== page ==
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[SCA-JML] Re: Hanging Pouches

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  • akimoya
    ... Can you give any sources for pictures, or drawings, or even descriptions of the above? Especially for the Momoyama period. Akimoya Ealdormere
    Message 1 of 4 , Feb 2, 2000
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      On Wed, 2 Feb 2000 Markejag@... wrote:

      > Prior to the Edo period there were three major sagemono ('hanging things')
      > which were attached to the obi (sash). On the right hip was worn the inro
      > (medicine box), commonly made from wood, ivory or dried lacquer. All the
      > other pouches were worn on the left hip, these included the hiuchi bukuro
      > (flint-pouch), carried around to start fires with and the kinchaku (money
      > pouch), commonly used to carry money and notably larger than the hiuchi
      > bukuro. Both of these were made from leather, animal skin, or silk.

      > Earlier there is evidence that that all three were worn on whatever
      > side the person wanted.

      > All three are sling over the obi and the pouch drawn down through the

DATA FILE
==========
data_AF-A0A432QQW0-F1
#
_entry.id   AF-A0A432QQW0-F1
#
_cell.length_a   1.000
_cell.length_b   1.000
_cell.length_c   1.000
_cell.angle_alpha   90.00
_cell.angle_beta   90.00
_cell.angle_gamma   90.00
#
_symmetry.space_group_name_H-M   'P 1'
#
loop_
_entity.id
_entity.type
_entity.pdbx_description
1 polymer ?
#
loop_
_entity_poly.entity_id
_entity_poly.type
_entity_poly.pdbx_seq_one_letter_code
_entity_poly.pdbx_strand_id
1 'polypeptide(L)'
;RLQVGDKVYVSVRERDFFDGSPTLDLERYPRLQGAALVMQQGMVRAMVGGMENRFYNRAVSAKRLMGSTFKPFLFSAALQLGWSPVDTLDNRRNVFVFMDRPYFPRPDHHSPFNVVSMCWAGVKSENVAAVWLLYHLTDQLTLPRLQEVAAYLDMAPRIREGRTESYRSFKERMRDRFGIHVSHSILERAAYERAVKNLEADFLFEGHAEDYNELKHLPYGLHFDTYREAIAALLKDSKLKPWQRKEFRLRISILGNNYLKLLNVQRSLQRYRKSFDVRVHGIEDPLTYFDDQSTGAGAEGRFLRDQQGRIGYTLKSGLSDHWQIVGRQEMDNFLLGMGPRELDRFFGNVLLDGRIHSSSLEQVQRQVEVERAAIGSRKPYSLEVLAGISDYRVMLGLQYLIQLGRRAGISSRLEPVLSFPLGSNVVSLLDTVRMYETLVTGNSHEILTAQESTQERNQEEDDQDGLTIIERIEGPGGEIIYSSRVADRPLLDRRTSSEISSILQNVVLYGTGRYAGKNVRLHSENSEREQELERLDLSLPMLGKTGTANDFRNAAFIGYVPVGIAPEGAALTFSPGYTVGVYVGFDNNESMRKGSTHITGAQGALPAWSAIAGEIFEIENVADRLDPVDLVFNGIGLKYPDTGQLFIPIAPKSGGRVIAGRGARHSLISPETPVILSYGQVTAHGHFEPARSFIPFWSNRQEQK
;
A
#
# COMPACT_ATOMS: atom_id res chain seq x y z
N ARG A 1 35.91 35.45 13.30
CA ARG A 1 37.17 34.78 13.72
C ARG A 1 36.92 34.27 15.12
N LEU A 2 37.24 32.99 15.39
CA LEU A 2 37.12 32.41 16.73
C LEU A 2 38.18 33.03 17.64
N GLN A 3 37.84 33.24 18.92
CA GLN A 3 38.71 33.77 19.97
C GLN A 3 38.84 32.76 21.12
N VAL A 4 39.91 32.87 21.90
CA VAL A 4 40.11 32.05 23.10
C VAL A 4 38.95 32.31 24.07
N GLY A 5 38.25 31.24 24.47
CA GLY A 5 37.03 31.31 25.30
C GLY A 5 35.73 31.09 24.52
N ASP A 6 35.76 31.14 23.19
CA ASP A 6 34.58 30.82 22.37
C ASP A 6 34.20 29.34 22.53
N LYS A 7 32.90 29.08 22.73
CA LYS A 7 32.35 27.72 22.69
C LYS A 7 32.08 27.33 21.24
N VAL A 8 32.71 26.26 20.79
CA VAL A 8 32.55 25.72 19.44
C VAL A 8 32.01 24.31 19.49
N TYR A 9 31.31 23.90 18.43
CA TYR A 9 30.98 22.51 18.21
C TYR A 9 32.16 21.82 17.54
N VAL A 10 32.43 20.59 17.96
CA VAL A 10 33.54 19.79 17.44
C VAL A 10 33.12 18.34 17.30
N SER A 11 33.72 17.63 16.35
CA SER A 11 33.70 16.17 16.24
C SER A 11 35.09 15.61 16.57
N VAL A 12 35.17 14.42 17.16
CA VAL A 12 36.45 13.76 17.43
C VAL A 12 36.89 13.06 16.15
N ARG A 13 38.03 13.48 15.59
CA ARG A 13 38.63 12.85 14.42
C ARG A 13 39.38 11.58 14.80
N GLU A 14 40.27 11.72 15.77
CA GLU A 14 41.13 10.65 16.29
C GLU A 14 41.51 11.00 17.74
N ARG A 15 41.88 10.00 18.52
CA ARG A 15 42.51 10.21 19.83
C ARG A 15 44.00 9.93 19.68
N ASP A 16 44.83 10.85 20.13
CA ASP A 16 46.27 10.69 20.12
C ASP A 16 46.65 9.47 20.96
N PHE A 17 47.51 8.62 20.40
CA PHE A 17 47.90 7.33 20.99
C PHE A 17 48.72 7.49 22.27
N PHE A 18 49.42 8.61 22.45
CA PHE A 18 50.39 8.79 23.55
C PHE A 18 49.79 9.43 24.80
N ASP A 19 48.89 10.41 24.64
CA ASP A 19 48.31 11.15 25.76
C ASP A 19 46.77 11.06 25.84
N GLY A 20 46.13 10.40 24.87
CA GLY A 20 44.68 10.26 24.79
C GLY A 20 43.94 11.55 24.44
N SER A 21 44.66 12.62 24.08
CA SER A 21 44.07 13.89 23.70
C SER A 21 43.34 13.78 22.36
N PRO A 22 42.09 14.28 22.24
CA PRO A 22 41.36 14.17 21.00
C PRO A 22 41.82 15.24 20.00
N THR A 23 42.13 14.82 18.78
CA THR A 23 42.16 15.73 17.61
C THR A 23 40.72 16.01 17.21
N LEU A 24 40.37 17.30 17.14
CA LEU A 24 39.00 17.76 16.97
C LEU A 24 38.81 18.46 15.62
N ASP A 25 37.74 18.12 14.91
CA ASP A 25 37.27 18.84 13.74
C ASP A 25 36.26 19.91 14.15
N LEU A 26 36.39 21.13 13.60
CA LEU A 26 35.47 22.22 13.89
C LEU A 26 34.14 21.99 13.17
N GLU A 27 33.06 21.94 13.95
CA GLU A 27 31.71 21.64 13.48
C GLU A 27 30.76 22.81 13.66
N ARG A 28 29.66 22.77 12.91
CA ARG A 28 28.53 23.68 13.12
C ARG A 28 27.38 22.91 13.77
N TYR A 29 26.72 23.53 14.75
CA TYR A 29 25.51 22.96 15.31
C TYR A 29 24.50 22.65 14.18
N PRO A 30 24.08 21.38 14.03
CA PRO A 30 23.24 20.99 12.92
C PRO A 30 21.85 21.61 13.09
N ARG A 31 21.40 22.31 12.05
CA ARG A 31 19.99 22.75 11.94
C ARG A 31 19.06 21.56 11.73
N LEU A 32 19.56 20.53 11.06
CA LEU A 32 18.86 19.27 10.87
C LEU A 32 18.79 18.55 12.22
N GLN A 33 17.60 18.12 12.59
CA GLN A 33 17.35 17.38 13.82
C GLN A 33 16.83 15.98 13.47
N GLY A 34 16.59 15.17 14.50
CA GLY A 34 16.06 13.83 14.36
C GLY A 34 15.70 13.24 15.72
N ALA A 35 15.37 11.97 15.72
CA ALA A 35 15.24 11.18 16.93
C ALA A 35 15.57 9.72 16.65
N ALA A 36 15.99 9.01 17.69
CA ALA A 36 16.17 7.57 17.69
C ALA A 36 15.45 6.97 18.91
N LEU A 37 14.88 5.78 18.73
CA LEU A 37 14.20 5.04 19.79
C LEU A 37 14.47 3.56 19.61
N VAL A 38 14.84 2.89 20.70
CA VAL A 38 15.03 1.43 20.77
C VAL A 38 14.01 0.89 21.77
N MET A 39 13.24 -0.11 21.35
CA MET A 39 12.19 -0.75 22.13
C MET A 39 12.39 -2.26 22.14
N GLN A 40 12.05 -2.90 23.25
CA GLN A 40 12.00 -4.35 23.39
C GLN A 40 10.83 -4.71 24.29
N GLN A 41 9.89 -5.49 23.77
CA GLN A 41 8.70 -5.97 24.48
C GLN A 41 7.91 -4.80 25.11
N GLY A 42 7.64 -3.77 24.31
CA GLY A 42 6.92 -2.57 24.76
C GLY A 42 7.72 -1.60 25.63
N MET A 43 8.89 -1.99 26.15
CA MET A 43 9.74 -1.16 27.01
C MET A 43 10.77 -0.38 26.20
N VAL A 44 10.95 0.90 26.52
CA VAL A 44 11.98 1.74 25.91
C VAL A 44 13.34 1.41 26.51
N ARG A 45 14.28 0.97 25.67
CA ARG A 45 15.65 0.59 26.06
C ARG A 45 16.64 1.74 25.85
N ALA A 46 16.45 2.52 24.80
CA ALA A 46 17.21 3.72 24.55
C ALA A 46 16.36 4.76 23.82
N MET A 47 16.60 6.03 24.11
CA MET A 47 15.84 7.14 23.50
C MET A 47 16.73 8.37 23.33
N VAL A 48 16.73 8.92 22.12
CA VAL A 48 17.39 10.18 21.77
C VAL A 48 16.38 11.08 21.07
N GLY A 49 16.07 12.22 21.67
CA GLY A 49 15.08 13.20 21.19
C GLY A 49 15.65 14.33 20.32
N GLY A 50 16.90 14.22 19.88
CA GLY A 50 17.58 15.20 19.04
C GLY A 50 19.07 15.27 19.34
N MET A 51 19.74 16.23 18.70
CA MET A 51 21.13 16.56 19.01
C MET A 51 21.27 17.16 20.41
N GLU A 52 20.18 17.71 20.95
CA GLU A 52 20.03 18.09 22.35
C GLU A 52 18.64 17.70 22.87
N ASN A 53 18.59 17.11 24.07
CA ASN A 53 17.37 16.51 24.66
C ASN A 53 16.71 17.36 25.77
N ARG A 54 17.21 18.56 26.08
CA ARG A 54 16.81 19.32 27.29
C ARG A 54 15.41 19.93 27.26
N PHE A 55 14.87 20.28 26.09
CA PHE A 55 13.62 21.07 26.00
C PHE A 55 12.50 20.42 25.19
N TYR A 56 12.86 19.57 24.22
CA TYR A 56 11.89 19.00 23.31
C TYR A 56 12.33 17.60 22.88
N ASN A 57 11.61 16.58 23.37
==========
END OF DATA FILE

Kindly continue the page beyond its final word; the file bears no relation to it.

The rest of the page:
> cord to keep it secure and from falling off the obi.

      Can you give any sources for pictures, or drawings, or even descriptions
      of the above? Especially for the Momoyama period.

      Akimoya
      Ealdormere
    • Markejag@aol.com
      See if you can find the book, Japanese Inro by Julia Hutt. This is best for reference. Some primary quotes from source of Momoyama period. (Momoyama dono
      Message 2 of 4 , Feb 4, 2000
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        See if you can find the book, Japanese Inro by Julia Hutt. This is best for
        reference. Some primary quotes from source of Momoyama period. (Momoyama
        dono gyookoo okazariki) sorry, my editor dosen't have the o with a line over
        the top :-( Very few pre-Edo pictures. :-(

        Fumio
      • Anthony J. Bryant
        ... Great book. I suspect it s influenced more than one collector into starting a dangerous hobby. Effingham/Hiraizumi
        Message 3 of 4 , Feb 6, 2000
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          Markejag@... wrote:

          > See if you can find the book, Japanese Inro by Julia Hutt. This is best for
          > reference. Some primary quotes from source of Momoyama period. (Momoyama
          > dono gyookoo okazariki) sorry, my editor dosen't have the o with a line over
          > the top :-( Very few pre-Edo pictures. :-(

          Great book. I suspect it's influenced more than one collector into starting a
          dangerous hobby. <G>

          Effingham/Hiraizumi
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